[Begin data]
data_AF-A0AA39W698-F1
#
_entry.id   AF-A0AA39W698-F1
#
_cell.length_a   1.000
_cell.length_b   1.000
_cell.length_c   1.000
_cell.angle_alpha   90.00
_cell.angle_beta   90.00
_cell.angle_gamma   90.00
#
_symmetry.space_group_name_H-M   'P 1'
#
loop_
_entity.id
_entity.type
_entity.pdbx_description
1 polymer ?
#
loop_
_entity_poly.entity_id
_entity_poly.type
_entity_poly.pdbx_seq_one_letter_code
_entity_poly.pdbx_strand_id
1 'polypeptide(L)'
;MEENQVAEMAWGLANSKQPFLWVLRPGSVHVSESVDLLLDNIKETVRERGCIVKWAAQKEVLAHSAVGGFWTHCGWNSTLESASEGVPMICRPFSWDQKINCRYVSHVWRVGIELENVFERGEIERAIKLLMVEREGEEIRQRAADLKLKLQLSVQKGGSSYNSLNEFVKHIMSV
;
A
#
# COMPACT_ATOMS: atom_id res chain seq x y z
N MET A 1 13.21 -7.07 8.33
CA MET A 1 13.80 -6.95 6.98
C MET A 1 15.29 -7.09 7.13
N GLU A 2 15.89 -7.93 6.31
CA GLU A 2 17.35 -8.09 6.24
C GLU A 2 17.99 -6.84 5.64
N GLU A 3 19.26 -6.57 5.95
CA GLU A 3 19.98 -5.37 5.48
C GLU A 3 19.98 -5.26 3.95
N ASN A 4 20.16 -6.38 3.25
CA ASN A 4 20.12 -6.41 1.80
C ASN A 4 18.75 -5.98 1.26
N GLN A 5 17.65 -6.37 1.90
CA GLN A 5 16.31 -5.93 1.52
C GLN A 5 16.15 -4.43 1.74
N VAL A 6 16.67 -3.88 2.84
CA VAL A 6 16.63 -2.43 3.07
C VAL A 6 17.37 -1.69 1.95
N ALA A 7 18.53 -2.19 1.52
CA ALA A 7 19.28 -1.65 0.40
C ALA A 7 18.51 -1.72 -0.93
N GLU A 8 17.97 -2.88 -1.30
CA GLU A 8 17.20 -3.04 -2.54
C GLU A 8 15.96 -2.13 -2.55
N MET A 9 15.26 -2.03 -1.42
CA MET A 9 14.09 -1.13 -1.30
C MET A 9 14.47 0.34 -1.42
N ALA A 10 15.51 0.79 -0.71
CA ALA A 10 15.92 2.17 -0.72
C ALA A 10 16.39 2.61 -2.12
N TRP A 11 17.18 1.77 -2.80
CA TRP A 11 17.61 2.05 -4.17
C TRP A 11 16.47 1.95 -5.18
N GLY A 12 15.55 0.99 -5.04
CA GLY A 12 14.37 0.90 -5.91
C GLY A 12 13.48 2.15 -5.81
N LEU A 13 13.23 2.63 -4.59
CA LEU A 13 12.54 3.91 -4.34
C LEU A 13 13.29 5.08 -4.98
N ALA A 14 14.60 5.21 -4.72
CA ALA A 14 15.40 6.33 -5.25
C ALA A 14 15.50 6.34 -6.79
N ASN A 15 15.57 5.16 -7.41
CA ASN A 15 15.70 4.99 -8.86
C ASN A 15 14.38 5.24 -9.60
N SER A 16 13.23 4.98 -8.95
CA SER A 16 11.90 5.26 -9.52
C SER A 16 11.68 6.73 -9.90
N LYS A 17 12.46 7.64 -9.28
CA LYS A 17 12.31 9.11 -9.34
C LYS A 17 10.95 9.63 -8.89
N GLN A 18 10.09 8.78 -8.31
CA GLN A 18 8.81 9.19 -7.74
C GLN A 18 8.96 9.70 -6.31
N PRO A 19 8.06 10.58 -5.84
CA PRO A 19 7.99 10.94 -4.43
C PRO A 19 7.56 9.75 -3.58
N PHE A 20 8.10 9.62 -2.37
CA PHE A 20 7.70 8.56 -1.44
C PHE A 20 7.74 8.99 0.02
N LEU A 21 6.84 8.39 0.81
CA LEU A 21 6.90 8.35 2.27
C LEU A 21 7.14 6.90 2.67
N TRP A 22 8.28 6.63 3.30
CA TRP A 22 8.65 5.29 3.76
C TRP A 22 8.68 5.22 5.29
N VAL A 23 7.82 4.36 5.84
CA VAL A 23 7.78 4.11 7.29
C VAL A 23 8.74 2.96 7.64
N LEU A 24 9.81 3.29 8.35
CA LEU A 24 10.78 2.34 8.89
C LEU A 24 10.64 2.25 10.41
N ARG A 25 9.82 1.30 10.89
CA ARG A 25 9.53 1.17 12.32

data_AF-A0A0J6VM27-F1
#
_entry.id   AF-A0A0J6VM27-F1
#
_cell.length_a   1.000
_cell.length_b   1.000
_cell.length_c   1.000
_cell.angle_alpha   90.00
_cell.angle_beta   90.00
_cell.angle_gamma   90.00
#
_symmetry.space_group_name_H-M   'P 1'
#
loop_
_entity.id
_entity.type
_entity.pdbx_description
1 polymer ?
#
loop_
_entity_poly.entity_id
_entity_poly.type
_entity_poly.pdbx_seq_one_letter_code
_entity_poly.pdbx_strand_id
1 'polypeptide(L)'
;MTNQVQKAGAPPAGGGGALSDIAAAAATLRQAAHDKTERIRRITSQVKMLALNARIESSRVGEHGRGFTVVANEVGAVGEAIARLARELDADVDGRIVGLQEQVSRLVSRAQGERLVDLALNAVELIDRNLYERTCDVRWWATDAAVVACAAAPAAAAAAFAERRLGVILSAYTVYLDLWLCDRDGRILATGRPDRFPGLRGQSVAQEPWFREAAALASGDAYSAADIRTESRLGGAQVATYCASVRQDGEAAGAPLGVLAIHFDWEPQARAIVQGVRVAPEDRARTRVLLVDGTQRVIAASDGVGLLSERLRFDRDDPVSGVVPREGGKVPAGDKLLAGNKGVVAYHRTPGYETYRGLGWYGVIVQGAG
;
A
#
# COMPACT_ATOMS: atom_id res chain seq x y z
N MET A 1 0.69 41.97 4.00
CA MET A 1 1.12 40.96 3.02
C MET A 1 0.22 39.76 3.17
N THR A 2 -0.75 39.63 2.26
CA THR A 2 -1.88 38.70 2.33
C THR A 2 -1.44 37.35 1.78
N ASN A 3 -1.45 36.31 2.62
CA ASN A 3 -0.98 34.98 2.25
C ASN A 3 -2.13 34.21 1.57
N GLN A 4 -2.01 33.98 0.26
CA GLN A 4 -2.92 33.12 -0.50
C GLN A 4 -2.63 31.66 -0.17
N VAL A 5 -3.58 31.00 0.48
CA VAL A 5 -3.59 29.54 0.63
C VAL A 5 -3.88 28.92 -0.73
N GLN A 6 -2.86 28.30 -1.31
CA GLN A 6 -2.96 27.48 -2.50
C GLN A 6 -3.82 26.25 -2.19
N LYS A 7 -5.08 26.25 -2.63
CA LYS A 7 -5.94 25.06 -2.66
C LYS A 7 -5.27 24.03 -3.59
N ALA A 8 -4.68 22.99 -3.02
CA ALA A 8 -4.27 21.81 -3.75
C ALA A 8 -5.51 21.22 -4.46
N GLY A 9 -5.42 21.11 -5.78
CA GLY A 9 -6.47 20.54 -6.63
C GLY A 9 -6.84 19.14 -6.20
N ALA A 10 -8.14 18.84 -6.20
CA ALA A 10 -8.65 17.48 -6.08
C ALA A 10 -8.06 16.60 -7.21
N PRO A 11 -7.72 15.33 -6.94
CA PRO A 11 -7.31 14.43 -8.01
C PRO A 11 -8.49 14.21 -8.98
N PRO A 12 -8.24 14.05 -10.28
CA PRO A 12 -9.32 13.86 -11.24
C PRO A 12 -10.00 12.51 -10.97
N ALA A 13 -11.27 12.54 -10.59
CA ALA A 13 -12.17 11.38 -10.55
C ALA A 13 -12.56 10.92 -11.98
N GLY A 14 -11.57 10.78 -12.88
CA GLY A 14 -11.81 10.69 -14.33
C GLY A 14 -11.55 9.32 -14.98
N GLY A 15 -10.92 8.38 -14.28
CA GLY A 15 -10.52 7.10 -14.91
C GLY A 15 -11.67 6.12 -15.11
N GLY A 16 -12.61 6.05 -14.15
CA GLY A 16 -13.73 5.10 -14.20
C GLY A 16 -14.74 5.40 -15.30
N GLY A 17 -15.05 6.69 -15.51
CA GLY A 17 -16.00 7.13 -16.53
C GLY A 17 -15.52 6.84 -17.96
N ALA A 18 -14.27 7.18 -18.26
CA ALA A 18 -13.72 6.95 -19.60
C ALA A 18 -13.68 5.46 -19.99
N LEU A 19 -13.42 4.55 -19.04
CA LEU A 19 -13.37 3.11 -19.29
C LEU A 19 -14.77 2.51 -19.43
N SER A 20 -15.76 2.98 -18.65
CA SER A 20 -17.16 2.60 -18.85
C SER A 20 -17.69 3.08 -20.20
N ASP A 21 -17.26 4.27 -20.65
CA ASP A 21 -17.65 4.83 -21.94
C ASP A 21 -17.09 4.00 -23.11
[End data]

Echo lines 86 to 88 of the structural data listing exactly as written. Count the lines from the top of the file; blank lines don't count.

CA PRO A 19 7.99 10.94 -4.43
C PRO A 19 7.56 9.75 -3.58
N PHE A 20 8.10 9.62 -2.37